Not all vines behave themselves and grow slowly so we can manage them. There are some truly invasive vines I need to tell you about. Thunbergia grandiflora is also known as the blue skyflower. I believe this vine is called the skyflower because in about a year you will think the plant is going to reach the sky. With gorgeous blue flowers and contrasting dark green foliage, many of you may be tempted into purchasing this plant. However, before long you will have a real menace on your hands. Once planted, this vine seeks out other foliage, trees, wires, or even your house to climb up on. Do yourself a favor and leave this vine at the garden center.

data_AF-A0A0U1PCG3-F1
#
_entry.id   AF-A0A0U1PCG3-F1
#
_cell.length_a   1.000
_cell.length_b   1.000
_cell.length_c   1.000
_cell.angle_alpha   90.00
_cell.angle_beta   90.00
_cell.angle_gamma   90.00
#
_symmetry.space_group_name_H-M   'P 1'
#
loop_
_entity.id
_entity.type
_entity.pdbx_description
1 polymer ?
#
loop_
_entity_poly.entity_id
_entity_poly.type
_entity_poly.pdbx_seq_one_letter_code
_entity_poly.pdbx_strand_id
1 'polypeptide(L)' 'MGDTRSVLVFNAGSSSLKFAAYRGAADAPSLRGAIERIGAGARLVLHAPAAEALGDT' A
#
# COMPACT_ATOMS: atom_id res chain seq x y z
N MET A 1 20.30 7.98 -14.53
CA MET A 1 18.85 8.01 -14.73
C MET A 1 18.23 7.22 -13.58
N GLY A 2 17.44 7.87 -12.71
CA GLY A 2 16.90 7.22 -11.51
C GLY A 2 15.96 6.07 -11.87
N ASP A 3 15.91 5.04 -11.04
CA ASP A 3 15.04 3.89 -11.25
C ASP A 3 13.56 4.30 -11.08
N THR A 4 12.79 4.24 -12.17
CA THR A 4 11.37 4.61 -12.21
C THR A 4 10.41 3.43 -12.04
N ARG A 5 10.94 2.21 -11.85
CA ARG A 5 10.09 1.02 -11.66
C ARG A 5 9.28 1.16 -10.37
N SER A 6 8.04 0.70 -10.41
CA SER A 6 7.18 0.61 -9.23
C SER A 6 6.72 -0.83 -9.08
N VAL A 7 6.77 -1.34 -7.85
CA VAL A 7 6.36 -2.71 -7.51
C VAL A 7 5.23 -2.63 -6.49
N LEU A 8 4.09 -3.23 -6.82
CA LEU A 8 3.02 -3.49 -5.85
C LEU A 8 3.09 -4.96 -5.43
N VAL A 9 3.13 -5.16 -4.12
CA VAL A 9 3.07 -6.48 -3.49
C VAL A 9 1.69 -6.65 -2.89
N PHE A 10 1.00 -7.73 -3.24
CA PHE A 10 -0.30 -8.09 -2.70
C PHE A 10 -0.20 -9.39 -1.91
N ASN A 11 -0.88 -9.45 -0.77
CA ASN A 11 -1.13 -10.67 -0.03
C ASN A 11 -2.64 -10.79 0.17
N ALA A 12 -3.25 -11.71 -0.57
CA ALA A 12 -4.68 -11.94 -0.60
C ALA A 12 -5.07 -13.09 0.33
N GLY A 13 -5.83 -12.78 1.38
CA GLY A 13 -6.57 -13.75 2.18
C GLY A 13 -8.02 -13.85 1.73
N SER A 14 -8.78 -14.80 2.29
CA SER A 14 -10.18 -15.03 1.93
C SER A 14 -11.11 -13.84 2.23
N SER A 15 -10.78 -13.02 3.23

Two other cultivars of this plant are also available. Thunbergia fragrans is a smaller version of the plant above with fragrant white flowers. Unfortunately, they produce a seed which is spread throughout your landscape and you will work forever to rid yourself of these vines popping out of every plant on your property. The second cousin to the plant above is the Thunbergia alataor Black Eyed Susan. Some of you may have planted this plant from seed or grown this vine in a hanging basket. The yellow or orange flowers and small black throat make this plant quite attractive.

            There are many more invasive vines than there are small flowering vines but do not be discouraged. You will find one vine to suit your needs. I hope you enjoyed this article on vines and remember, withoutplants we would not be here!